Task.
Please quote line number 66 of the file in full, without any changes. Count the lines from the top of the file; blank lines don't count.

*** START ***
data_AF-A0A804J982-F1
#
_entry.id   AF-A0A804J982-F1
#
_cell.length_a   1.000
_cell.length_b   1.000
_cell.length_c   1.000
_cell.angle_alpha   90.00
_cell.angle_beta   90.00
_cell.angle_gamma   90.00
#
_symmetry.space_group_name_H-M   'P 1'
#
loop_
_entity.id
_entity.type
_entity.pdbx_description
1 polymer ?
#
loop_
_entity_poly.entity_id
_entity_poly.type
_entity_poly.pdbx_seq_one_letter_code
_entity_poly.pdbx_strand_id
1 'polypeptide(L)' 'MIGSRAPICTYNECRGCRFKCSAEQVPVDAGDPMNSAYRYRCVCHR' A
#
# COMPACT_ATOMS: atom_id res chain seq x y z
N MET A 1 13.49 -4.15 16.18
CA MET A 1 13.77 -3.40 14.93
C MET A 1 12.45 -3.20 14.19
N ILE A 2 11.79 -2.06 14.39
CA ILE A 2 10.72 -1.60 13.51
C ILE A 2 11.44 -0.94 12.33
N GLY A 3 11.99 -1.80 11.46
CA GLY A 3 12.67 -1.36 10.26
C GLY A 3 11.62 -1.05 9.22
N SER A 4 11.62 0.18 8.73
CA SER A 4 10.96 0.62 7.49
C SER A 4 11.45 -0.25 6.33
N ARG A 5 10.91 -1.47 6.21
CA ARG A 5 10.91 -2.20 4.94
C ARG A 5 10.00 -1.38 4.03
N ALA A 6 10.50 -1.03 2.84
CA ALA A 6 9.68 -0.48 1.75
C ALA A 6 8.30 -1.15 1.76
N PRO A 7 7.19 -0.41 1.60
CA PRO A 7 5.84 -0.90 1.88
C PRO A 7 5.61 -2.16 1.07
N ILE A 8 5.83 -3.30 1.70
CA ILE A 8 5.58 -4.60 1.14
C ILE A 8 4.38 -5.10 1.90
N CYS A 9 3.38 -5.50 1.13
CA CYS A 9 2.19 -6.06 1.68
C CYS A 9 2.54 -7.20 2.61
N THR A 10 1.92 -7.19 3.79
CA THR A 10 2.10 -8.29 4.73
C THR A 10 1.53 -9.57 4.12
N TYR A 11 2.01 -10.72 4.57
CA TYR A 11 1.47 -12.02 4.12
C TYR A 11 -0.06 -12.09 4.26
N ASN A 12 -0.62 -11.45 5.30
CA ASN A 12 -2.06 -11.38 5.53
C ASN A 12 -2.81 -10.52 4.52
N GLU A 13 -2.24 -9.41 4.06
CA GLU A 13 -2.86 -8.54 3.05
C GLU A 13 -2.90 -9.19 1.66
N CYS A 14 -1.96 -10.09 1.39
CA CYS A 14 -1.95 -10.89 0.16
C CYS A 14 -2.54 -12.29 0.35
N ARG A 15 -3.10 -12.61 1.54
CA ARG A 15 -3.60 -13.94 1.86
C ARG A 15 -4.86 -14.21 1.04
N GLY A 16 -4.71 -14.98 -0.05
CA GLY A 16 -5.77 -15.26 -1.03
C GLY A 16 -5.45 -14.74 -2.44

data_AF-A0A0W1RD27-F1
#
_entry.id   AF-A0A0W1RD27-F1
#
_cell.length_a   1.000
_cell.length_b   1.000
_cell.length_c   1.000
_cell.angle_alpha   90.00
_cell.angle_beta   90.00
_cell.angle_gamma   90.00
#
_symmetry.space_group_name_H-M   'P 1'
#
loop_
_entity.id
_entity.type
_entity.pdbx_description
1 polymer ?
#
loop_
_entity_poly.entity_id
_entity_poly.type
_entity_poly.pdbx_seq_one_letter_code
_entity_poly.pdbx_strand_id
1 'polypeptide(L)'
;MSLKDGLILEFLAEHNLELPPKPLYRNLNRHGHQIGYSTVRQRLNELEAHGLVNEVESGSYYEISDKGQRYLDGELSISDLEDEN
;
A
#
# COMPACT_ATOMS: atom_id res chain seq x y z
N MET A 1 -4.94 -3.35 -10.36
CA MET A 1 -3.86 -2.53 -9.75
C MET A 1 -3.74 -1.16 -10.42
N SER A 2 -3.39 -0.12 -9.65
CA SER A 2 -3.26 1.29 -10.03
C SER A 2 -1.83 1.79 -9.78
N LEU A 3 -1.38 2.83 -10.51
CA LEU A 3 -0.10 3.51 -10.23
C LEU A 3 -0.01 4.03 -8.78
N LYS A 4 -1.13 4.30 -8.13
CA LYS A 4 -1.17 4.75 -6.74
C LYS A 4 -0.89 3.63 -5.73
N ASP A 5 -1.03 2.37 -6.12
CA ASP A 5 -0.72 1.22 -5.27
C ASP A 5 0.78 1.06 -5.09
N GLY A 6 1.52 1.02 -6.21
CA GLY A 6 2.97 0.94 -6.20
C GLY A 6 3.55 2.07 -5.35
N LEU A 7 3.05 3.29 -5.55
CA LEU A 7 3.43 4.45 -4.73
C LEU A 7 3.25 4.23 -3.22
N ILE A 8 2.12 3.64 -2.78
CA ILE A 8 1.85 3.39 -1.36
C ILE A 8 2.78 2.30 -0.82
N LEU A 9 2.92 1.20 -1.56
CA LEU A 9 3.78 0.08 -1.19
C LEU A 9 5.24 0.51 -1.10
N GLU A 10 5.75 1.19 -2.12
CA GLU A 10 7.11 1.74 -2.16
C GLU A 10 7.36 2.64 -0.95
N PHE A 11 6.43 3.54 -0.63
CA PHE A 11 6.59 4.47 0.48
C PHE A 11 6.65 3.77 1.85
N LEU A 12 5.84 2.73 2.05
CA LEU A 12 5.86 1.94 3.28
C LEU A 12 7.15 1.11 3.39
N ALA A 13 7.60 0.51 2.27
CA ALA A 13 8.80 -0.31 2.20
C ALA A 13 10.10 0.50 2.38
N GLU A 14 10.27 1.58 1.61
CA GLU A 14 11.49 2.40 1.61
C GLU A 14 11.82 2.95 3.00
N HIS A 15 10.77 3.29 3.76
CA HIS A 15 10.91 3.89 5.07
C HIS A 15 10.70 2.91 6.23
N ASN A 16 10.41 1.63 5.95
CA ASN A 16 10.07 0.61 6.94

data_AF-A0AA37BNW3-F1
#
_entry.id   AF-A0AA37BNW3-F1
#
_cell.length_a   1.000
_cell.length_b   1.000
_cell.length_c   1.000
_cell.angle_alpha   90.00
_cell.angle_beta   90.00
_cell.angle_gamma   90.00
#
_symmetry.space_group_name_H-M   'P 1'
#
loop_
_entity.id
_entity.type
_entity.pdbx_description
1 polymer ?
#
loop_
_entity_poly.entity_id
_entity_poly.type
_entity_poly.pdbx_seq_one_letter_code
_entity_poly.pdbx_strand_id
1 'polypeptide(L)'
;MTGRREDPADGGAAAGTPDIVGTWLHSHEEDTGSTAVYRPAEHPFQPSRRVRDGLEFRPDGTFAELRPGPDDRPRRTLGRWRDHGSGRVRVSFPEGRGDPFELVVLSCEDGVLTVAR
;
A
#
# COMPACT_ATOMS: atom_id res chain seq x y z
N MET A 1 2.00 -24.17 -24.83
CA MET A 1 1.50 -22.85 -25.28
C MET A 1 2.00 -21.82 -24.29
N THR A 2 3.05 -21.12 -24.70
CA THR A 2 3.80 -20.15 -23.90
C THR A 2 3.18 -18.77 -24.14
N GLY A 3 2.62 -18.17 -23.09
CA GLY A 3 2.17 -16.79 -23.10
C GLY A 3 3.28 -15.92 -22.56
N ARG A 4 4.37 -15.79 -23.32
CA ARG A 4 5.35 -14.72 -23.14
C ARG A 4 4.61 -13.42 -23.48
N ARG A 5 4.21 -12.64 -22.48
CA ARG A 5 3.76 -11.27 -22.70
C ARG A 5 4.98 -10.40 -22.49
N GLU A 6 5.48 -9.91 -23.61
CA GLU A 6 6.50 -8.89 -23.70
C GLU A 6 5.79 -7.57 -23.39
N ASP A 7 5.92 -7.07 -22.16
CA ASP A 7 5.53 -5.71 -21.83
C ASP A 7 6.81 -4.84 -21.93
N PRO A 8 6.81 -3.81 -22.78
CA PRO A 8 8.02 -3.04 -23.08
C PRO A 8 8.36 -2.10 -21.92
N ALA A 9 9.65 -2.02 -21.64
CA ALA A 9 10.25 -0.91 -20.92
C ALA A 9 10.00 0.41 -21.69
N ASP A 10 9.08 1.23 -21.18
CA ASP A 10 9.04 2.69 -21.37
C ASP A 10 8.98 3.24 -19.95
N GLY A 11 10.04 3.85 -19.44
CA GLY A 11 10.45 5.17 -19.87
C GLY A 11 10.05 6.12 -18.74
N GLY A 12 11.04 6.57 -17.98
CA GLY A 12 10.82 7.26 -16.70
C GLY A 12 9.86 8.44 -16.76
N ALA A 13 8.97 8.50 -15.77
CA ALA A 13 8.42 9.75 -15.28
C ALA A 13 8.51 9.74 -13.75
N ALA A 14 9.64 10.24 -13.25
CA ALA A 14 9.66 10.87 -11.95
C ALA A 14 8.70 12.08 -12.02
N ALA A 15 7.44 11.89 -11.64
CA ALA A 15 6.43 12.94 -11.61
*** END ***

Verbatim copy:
C GLU A 13 -2.90 -9.19 1.66